Well, I am a little late to get back to blogging after summer break, but better late than never, I guess.
I spent half the summer in Germany visiting a German friend who had been here at LSTC in an exchange program for a year. I still can't quite digest the experience. It was my first time in Europe, my first really extended trip outside of the United States and certainly the first time I had been somewhere other than the U.S. when I wasn't a tourist. Since I stayed with my friend's family, I got to know a lot more about what her life (and theirs) was really like. I befriended all three of her little brothers and occasionally still get e-mails from them. I think it was important in their life to meet a crazy American. I actually blogged the entire time I was there, so I will try to post some comments later when I have time to find a few interesting sections. What I can say, on balance, from this trip is that I learned about what it is to be an American by being in Germany. I hadn't ever really understood how prevalent American culture is everywhere else. I didn't understand how much English is the langua franca of large parts of the world. It was strange not to speak any German at all when I left and to be able to do most everything because everyone spoke English at least a little. And my friends family all spoke English. I was impressed.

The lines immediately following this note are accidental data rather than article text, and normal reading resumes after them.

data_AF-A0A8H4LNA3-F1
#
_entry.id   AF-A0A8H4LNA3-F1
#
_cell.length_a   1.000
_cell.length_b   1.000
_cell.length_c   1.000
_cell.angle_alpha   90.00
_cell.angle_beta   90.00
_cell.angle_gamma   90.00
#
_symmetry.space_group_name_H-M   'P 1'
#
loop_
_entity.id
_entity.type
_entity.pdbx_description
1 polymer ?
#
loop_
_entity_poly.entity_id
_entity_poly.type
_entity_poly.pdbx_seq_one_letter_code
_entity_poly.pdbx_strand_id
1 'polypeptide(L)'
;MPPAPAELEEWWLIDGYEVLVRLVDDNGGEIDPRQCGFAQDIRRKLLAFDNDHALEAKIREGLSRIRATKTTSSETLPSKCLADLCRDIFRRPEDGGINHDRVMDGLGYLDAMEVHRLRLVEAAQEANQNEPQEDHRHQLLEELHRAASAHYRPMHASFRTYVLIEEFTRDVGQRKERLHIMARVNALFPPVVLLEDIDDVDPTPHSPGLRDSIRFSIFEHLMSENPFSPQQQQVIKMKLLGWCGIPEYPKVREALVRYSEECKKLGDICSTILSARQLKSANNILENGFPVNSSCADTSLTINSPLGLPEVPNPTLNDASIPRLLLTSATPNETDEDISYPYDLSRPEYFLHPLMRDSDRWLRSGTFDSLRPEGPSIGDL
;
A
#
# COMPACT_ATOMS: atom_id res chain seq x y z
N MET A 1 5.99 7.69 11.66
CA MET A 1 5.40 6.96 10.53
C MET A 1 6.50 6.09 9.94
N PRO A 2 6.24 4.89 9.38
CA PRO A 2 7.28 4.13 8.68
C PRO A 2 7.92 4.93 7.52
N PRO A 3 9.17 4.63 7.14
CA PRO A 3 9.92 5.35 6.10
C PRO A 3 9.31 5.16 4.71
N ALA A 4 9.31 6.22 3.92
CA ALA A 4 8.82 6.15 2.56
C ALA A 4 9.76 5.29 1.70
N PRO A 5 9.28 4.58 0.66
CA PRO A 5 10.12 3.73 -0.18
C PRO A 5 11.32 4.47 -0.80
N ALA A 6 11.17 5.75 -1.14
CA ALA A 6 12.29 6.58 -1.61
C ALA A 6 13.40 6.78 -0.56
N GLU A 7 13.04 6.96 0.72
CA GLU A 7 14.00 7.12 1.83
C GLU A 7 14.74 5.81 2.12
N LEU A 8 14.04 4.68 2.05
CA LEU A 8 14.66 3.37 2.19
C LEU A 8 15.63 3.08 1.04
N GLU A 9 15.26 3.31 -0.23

I went to church in Germany --my friend's father is a pastor. It was very interesting because even though I had just arrived and didn't know any German, I could still get a general sense of the message. It was a little daunting to see a church service there and really completely realize for the first time that there are people communing and preaching and worshiping all over the world almost all the time. But I must note that the church was almost empty. In America we worry that people are leaving the church and that attendance is down, but we have nowhere near the problem that Europe does in that respect.
More on all of this later,